GARFIELD classifies disease-relevant changes in the genome

New approach reveals role of genomic changes in a disease, both within and outside genes

Researchers at the Wellcome Sanger Institute and EMBL’s European Bioinformatics Institute (EMBL-EBI) have developed a new approach to understand the functional effects of genetic variations associated with a disease, even if they aren’t located in a gene. Using this approach could help scientists uncover previously unknown mechanisms that control gene activity and determine whether cell work normally or, in the case of genetic diseases, the cells malfunction. This knowledge will help drive new research and could identify new targets for drug development.

The tool, called GARFIELD, uses a computational approach known as functional enrichment. This approach combines the positions on the genome of disease-associated DNA changes with information on the role of those regions. In this way, the system highlights those variations that are known to produce changes in the activity of genes that are relevant to the disease being studied.

GARFIELD has been designed to take into account the major factors that could confuse the results of a study, and can include weak disease associations to increase its power for insight. Because of these measures, the system provides the widest information on the largest number of disease associations.

In a paper in Nature Genetics, the researchers detail how they used the method to analyse the disease associations already detailed in publicly available genome-wide association studies’ summary statistics. They uncovered statistically significant associations for the majority of disease traits, and highlighted clear differences in the patterns of DNA changes associated with these different disease features. The findings both confirmed current understanding of key cellular types involved in, and also reveal new areas of the genome that had not previously been implicated in disease.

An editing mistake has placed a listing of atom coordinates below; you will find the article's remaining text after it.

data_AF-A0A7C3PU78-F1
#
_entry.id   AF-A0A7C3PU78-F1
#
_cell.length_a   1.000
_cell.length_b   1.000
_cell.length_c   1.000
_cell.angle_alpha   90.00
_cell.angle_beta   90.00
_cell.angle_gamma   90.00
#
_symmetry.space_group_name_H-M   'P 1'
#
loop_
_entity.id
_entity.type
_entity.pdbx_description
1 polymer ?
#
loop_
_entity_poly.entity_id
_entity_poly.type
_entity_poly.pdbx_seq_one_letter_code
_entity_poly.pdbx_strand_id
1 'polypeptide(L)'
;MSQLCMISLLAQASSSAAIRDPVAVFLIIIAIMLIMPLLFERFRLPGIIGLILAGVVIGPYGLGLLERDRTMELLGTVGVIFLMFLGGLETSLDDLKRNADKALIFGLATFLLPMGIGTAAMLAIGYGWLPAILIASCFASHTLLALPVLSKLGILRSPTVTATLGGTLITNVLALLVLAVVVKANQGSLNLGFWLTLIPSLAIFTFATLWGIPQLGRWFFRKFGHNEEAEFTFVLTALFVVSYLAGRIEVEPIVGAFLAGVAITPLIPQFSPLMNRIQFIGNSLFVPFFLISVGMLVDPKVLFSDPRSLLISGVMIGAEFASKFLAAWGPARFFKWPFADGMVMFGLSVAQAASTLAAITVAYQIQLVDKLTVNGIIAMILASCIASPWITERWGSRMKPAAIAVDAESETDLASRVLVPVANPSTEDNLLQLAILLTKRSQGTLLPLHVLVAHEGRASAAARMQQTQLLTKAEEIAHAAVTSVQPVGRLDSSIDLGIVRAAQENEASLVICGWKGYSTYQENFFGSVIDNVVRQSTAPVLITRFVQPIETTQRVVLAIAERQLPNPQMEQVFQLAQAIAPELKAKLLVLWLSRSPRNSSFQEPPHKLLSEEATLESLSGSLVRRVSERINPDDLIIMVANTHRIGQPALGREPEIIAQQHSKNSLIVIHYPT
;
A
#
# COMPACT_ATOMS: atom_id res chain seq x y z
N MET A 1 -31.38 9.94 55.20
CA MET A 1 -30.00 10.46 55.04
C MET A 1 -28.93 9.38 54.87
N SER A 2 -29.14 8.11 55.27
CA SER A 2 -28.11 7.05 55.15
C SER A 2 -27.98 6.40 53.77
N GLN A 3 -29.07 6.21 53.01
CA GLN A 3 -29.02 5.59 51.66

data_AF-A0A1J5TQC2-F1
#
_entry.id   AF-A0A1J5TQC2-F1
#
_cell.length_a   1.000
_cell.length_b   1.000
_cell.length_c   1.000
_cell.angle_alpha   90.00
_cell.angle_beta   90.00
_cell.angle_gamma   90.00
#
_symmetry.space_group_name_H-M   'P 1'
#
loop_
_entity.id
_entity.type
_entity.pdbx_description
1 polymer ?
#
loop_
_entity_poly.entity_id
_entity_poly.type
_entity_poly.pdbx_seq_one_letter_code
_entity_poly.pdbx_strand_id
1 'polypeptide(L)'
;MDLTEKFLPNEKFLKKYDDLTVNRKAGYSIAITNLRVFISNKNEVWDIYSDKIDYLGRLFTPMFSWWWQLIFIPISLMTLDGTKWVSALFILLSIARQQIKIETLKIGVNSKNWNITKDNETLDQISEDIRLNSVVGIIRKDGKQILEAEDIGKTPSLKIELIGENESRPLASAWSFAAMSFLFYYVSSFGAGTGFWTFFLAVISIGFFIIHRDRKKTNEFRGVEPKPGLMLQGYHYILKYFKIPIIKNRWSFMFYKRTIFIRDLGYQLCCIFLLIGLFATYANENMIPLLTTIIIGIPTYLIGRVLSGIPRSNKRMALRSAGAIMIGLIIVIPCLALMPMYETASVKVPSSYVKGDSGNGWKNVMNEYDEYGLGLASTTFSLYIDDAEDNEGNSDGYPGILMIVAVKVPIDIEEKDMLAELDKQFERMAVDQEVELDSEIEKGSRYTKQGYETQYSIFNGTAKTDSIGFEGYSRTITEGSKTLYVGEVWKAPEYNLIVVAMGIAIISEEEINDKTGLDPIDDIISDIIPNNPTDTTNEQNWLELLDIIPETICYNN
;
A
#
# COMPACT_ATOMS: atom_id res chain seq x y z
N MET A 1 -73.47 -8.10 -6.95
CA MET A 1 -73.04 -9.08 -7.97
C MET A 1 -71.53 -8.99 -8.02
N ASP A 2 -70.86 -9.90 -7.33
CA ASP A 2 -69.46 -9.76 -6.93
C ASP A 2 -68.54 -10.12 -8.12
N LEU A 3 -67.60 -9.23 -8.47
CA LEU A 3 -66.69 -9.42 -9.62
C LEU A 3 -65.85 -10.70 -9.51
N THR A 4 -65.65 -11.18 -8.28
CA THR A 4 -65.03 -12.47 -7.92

To make GARFIELD more accessible to the wider research community, the scientists have developed additional software to make the system easy to use. This includes building tools to visualise the results in a way that can show tens or thousands of potentially important disease associations in comprehensive and comprehensible way.

The standalone GARFIELD tool is available on the EMBL-EBI website and the GARFIELD R-package is available on Bioconductor.

More information

Iotchkova V et al. (2019). GARFIELD classifies disease-relevant genomic features through integration of functional annotations with association signals. Nature Genetics. Published online 28 January; DOI: 10.1038/s41588-018-0322-6

Selected websites

  • EMBL's European Bioinformatics Institute (EMBL-EBI)

    EMBL’s European Bioinformatics Institute (EMBL-EBI) is a global leader in the storage, analysis and dissemination of large biological datasets. EMBL-EBI helps scientists realise the potential of ‘big data’ by enhancing their ability to exploit complex information to make discoveries that benefit humankind.

    EMBL-EBI is at the forefront of computational biology research, with work spanning sequence analysis methods, multi-dimensional statistical analysis and data-driven biological discovery, from plant biology to mammalian development and disease.

    EMBL-EBI is part of the European Molecular Biology Laboratory (EMBL), an international, innovative and interdisciplinary research organisation funded by 25 member states and two associate member states, and are located on the Wellcome Genome Campus, one of the world’s largest concentrations of scientific and technical expertise in genomics.

  • Wellcome Sanger Institute

    The Wellcome Sanger Institute is one of the world’s leading genome centres.

    Through its ability to conduct research at scale, it is able to engage in bold and long-term exploratory projects that are designed to influence and empower medical science globally. Institute research findings, generated through its own research programmes and through its leading role in international consortia, are being used to develop new diagnostics and treatments for human disease.

    Find out more at or follow us @sangerinstitute on Twitter, Facebook and LinkedIn, or keep up with our Blog.